OCHCR head calls for safe digital public platform

Anjali Sharma

GG News Bureau

UNITED NATIONS, 27th May. UN human rights chief Volker Türk on Friday said that allowing space for everyone to speak up, is critical for a free and fully functioning society as he warned that a safe environment online has never been more essential.

Volker Türk issued a call to protect and expand civic space, argued that it’s the only way to enable us all “to play a role in political, economic, and social life, at all levels, from local to global.”

He said with more and more decision-making migrating online, “with private companies playing an outsized role, having an open, safe digital public square has never been more important”.

Mr. Turk added that States are struggling and “often failing” to protect online space for the common good, “swinging between a laissez-faire approach that has allowed violence and dangerous hate speech to go unchecked, and overbroad regulations used as a cudgel against those exercising their free speech rights, including journalists and human rights defenders,”.

He called on big business to step up and increase investment in preventing and responding to online harms, in the non-English language environment, stressing that “doing business in any location requires making sure you can do so safely, in line with the Guiding Principles on Business and Human Rights.”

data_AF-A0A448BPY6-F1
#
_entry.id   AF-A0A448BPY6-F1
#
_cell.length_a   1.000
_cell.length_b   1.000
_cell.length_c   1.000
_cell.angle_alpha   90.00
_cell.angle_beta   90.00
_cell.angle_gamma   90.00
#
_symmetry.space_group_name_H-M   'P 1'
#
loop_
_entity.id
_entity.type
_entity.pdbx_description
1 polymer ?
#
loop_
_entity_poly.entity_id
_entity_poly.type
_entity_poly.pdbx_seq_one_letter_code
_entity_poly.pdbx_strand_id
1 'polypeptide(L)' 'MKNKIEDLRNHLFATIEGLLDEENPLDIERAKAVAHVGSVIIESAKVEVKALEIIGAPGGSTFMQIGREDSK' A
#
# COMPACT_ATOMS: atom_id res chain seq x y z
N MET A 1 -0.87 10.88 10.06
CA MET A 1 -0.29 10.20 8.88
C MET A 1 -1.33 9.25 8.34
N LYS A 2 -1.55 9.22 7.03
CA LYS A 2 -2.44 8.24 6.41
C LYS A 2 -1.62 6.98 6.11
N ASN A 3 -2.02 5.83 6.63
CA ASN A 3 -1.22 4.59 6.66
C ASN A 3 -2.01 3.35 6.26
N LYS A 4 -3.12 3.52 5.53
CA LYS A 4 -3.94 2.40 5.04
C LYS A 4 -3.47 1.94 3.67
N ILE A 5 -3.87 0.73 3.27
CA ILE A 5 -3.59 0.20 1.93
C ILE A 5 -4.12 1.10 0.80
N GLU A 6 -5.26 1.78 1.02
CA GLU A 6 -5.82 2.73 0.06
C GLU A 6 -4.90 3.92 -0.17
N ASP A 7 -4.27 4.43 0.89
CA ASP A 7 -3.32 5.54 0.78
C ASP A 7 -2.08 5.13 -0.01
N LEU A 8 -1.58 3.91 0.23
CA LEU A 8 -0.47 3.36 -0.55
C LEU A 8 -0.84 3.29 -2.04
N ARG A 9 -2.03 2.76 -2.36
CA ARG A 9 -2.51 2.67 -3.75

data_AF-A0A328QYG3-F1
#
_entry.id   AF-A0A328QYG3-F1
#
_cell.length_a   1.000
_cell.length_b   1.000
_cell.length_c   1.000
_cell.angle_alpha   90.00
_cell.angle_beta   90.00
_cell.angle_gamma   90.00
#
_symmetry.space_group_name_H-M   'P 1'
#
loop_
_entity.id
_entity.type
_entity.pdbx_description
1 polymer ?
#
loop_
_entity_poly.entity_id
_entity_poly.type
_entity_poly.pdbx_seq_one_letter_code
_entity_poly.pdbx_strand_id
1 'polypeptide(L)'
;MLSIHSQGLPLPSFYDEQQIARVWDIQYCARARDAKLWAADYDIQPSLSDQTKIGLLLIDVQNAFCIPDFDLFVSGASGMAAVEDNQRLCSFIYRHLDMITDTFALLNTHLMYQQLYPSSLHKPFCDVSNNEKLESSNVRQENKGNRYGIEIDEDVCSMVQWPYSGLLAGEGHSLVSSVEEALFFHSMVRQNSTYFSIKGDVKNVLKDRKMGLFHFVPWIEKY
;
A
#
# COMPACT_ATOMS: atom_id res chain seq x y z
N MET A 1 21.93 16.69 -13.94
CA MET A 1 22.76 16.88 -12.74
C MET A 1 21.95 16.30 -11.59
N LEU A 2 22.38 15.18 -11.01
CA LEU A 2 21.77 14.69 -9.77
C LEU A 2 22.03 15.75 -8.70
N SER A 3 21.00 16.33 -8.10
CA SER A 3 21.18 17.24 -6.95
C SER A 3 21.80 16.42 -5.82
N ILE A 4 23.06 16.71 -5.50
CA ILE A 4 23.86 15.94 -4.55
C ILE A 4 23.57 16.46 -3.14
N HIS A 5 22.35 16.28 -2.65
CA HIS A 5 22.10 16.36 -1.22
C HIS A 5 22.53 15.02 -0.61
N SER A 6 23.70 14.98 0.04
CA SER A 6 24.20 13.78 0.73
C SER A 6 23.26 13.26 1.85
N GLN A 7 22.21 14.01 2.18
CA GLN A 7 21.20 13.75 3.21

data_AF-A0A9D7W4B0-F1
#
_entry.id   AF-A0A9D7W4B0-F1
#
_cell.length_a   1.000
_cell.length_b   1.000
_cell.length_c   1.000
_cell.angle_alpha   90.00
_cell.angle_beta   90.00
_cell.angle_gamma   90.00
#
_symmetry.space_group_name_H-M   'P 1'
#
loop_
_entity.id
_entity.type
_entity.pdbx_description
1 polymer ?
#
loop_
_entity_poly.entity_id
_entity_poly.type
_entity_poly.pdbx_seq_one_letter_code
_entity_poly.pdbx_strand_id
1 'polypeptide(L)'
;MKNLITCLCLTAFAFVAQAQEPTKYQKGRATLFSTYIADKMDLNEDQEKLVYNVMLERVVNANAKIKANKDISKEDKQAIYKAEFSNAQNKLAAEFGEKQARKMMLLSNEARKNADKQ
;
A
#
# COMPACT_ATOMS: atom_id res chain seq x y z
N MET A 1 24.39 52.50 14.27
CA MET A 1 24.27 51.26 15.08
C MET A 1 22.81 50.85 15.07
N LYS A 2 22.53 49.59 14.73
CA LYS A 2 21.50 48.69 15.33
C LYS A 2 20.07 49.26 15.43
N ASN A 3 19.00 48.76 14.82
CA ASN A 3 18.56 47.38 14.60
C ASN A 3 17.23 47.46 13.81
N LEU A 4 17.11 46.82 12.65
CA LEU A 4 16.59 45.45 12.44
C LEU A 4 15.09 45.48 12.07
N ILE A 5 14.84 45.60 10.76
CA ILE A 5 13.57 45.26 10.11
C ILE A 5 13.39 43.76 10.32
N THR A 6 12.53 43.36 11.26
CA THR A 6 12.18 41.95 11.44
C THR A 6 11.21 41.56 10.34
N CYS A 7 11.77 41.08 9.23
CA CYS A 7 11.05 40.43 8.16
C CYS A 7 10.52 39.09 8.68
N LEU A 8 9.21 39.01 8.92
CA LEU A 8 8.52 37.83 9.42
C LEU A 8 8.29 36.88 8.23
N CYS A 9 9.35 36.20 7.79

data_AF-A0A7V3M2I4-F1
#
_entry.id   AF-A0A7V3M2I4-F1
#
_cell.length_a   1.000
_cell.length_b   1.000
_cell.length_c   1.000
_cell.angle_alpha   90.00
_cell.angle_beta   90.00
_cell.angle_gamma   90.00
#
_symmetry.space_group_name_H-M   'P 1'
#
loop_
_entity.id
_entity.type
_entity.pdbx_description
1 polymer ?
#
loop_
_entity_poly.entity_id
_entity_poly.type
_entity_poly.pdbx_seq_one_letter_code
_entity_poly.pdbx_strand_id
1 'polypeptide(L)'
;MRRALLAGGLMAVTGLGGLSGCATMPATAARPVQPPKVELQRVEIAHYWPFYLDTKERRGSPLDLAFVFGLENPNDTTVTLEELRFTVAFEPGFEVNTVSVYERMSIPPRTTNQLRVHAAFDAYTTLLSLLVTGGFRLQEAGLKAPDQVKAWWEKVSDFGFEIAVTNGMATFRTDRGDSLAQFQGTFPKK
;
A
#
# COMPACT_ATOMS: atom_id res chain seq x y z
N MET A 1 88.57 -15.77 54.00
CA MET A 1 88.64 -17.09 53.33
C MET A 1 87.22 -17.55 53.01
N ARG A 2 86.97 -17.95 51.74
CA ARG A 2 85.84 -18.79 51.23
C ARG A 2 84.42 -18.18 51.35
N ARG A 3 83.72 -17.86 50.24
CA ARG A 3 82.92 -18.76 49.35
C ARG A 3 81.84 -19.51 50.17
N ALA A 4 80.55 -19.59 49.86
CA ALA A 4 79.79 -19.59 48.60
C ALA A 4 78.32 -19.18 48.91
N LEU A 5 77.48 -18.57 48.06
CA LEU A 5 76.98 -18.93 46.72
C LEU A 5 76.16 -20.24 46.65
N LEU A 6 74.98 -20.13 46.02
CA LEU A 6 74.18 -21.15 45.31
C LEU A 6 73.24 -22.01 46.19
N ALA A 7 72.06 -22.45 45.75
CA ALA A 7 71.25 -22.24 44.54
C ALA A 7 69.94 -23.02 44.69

Turk said that carving out civic space was key to human rights, to peace, development, and for “sustainable and resilient societies”, but coming under more and more pressure from undue restrictions, and laws.

He added that this includes crackdowns on peaceful assembly, internet shutdowns and bullying and harassment online.

“States must step up efforts to protect and expand civic space as the precondition for people to be able to sustainably enjoy all other entitlements enshrined in the Universal Declaration of Human Rights, from access to healthcare and clean water and quality education to social protection and labour rights”, he  argued.

He said that pressure on civil space continues despite the inspiring commitment of civil society groups.

“Civil society is a key enabler of trust between governments and the populations they serve and is often the bridge between the two. For governments to reduce barriers to public participation, they must protect this space, for the benefit of all both online and offline,” he concluded.

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